Sunday, October 1, 2017, 4 p.m.
Corpus Christi Church
Scott Metcalfe, director
Ockeghem@600: Ma Maistresse, Masses, and a Motet
Blue Heron presents the sixth program in its series of Johannes Ockeghem’s complete works. The program opens with Au travail suis, a song by the obscure composer Barbingant that nonetheless inspired the three pieces by Ockeghem: his song, Ma maistresse, Missa Au travail suis, and Missa Ma maistresse. The final motet is by an esteemed contemporary, Johannes Regis.
Post-concert Q and A by Scott Metcalfe
“Blue Heron’s Ockeghem project comes with a clear sense of mission: to better acquaint us with a still too little-known composer.… Their carefully thought out performances—precise yet supple, rhythmically alive, and joyful—made for an intensely pleasurable listening experience.”
—The Boston Musical Intelligencer
Artist Website: Blue Heron
Artist Bios and Program
Blue Heron has been acclaimed by the Boston Globe as “one of the Boston music community’s indispensables” and hailed by Alex Ross in the New Yorker for its “expressive intensity.” Committed to vivid live performance informed and enhanced by the study of original source materials and historical performance practices, Blue Heron covers a wide repertory from plainchant to new music, with particular specialization in 15th-century Franco-Flemish and early 16th-century English polyphony. Blue Heron’s first CD, featuring music by Guillaume Du Fay, was released in 2007. In 2010 the ensemble inaugurated a 5-CD series, Music from the Peterhouse Partbooks, including many world-premiere recordings of works copied c. 1540 for Canterbury Cathedral; the fifth disc was released in March 2017. Blue Heron’s recordings also include a CD of plainchant and polyphony to accompany Thomas Forrest Kelly’s book, Capturing Music: The Story of Notation, and the live recording, Christmas in Medieval England. Jessie Ann Owens (UC Davis) and Blue Heron won the 2015 Noah Greenberg Award from the American Musicological Society to support a world premiere recording of Cipriano de Rore’s first book of madrigals (1542), to be started next season.
Founded in 1999, Blue Heron presents a concert series in Cambridge, Massachusetts and has appeared at the Boston Early Music Festival; in New York City at Music Before 1800, The Cloisters (Metropolitan Museum of Art), and the 92nd Street Y; at the Library of Congress, the National Gallery of Art, and Dumbarton Oaks in Washington, D.C.; at the Berkeley Early Music Festival; at Yale University; and in San Luis Obispo, Seattle, St. Louis, Kansas City, Chicago, Cleveland, Milwaukee, Pittsburgh, Philadelphia, and Providence. Blue Heron has been in residence at the Center for Early Music Studies at Boston University and at Boston College, and has enjoyed collaborations with A Far Cry, Dark Horse Consort, Les Délices, Parthenia, Piffaro, and Ensemble Plus Ultra. In 2015 the ensemble embarked on a long-term project to perform the complete works of Johannes Ockeghem (c. 1420-1497). Entitled Ockeghem@600, it will wind up in 2020-21, in time to commemorate the composer’s circa-600th birthday; this program is the sixth of thirteen in the series.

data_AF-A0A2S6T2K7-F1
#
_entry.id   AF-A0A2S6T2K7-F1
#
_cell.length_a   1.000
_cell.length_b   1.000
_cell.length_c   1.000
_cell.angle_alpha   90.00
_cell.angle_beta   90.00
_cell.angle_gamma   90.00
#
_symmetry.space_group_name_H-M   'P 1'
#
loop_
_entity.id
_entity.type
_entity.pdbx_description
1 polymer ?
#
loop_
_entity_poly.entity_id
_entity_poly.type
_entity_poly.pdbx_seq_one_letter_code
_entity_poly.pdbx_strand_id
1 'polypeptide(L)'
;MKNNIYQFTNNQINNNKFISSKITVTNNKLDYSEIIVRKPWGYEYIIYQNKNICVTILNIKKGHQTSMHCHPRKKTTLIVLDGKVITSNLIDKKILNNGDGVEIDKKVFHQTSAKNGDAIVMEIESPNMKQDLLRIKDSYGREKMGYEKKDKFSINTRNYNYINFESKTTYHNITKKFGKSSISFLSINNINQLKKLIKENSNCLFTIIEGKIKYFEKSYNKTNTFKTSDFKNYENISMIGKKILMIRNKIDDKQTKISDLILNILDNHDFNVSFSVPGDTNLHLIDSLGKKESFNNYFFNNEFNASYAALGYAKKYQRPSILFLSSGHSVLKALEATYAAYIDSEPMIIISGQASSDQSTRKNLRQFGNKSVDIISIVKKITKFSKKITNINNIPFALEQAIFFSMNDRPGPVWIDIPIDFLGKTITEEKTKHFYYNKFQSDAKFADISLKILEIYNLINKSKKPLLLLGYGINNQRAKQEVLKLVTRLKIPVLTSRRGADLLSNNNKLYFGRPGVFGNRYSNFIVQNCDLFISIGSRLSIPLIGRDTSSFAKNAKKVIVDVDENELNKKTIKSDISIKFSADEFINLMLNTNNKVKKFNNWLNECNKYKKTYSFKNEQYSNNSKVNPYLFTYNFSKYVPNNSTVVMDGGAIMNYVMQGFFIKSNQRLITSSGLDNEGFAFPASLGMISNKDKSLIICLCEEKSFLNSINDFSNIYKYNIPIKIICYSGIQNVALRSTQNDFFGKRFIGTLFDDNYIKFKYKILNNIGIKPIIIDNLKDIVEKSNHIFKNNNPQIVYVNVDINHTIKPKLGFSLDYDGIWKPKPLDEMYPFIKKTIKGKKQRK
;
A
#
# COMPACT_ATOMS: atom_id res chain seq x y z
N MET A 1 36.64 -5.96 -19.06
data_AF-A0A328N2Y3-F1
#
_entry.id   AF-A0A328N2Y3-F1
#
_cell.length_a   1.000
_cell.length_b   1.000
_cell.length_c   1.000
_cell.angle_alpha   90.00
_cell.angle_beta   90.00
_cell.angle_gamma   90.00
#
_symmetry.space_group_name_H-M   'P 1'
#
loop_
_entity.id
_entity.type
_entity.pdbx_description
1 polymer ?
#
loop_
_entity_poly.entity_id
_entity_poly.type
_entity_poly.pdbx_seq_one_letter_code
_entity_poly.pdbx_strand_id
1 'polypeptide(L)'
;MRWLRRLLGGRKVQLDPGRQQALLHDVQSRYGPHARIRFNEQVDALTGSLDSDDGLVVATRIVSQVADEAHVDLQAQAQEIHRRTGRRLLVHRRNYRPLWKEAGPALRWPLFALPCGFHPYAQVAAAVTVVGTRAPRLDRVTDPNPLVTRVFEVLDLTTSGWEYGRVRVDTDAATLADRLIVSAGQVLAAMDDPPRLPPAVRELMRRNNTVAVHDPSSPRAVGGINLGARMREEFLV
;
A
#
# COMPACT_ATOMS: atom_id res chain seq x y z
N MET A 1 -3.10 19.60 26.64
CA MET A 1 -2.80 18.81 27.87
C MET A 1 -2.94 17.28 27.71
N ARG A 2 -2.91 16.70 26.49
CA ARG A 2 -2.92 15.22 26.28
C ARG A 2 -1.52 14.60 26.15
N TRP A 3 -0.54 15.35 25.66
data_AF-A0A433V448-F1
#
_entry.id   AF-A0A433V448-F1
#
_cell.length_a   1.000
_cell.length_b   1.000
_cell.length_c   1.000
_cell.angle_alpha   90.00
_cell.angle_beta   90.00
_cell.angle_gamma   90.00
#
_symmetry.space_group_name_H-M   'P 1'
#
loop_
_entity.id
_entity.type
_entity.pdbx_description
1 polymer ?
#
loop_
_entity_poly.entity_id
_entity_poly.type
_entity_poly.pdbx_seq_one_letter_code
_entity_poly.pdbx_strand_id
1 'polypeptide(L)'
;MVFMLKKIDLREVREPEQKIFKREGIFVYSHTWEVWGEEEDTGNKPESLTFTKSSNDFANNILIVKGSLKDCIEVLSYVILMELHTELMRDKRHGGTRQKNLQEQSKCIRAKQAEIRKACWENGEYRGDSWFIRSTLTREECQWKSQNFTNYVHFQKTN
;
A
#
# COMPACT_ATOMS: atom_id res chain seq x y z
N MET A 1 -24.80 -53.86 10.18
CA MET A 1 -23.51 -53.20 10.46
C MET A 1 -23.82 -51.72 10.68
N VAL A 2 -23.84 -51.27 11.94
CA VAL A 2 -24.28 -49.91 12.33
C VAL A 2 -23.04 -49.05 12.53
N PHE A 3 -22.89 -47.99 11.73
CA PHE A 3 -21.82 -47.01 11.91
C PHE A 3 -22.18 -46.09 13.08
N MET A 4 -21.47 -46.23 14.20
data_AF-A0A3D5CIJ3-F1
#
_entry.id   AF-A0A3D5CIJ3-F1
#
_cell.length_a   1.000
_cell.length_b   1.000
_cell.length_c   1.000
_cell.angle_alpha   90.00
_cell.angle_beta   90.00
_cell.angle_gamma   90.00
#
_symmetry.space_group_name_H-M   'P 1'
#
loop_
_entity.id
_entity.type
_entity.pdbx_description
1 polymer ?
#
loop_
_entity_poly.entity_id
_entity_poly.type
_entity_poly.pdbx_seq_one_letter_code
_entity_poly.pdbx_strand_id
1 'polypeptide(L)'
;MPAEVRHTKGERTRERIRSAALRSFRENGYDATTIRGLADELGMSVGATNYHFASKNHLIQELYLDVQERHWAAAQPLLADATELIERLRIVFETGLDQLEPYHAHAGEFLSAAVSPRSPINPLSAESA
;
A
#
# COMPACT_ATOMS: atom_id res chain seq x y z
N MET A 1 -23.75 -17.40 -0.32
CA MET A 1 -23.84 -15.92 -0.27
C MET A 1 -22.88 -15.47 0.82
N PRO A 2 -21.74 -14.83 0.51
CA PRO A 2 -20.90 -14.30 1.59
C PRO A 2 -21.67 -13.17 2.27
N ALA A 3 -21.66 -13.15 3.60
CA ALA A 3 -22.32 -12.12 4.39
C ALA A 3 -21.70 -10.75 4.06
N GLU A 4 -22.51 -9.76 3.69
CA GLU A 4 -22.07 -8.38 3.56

Scott Metcalfe has gained wide recognition as one of North America’s leading specialists in music from the fifteenth through seventeenth centuries and beyond. Musical and artistic director of Blue Heron, he was music director of New York City’s Green Mountain Project (Jolle Greenleaf, artistic director) from 2010-2016 and has been guest director of TENET (New York), the Handel & Haydn Society (Boston), Emmanuel Music (Boston), the Tudor Choir and Seattle Baroque, Pacific Baroque Orchestra (Vancouver, BC), Quire Cleveland, the Dryden Ensemble (Princeton, NJ), and Early Music America’s Young Performers Festival Ensemble. Metcalfe also enjoys a career as a baroque violinist, playing with Les Délices (director, Debra Nagy), Montreal Baroque (director, Eric Milnes), and other ensembles, and he has served as director of the baroque orchestra at Oberlin Conservatory. He taught vocal ensemble repertory and performance practice at Boston University from 2006-2015 and is at work on a new edition of the songs of Gilles Binchois.